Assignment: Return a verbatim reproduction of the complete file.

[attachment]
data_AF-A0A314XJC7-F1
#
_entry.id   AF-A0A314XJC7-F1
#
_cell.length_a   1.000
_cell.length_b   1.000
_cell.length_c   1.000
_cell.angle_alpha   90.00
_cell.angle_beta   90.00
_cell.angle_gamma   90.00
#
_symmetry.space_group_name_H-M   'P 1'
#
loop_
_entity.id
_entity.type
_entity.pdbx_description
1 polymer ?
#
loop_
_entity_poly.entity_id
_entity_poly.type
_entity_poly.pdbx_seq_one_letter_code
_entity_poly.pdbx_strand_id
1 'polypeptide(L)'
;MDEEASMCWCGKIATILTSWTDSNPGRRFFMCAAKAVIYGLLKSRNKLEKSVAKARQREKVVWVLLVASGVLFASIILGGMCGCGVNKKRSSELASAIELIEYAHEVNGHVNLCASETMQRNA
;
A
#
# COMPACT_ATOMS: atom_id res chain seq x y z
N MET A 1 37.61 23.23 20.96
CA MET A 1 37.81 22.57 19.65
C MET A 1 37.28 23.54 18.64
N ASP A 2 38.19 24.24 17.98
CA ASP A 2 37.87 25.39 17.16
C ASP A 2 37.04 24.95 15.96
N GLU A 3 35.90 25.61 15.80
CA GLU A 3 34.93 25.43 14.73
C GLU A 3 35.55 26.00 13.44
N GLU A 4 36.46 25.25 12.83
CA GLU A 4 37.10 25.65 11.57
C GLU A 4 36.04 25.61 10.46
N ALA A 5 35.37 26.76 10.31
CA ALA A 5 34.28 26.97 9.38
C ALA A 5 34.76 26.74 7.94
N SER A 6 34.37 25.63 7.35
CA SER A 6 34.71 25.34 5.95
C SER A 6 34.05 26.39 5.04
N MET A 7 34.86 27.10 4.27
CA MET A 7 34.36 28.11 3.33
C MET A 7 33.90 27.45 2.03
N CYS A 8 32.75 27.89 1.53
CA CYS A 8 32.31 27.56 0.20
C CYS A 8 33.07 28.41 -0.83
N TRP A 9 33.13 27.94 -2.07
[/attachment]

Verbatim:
data_AF-A0A314XJC7-F1
#
_entry.id   AF-A0A314XJC7-F1
#
_cell.length_a   1.000
_cell.length_b   1.000
_cell.length_c   1.000
_cell.angle_alpha   90.00
_cell.angle_beta   90.00
_cell.angle_gamma   90.00
#
_symmetry.space_group_name_H-M   'P 1'
#
loop_
_entity.id
_entity.type
_entity.pdbx_description
1 polymer ?
#
loop_
_entity_poly.entity_id
_entity_poly.type
_entity_poly.pdbx_seq_one_letter_code
_entity_poly.pdbx_strand_id
1 'polypeptide(L)'
;MDEEASMCWCGKIATILTSWTDSNPGRRFFMCAAKAVIYGLLKSRNKLEKSVAKARQREKVVWVLLVASGVLFASIILGGMCGCGVNKKRSSELASAIELIEYAHEVNGHVNLCASETMQRNA
;
A
#
# COMPACT_ATOMS: atom_id res chain seq x y z
N MET A 1 37.61 23.23 20.96
CA MET A 1 37.81 22.57 19.65
C MET A 1 37.28 23.54 18.64
N ASP A 2 38.19 24.24 17.98
CA ASP A 2 37.87 25.39 17.16
C ASP A 2 37.04 24.95 15.96
N GLU A 3 35.90 25.61 15.80
CA GLU A 3 34.93 25.43 14.73
C GLU A 3 35.55 26.00 13.44
N GLU A 4 36.46 25.25 12.83
CA GLU A 4 37.10 25.65 11.57
C GLU A 4 36.04 25.61 10.46
N ALA A 5 35.37 26.76 10.31
CA ALA A 5 34.28 26.97 9.38
C ALA A 5 34.76 26.74 7.94
N SER A 6 34.37 25.63 7.35
CA SER A 6 34.71 25.34 5.95
C SER A 6 34.05 26.39 5.04
N MET A 7 34.86 27.10 4.27
CA MET A 7 34.36 28.11 3.33
C MET A 7 33.90 27.45 2.03
N CYS A 8 32.75 27.89 1.53
CA CYS A 8 32.31 27.56 0.20
C CYS A 8 33.07 28.41 -0.83
N TRP A 9 33.13 27.94 -2.07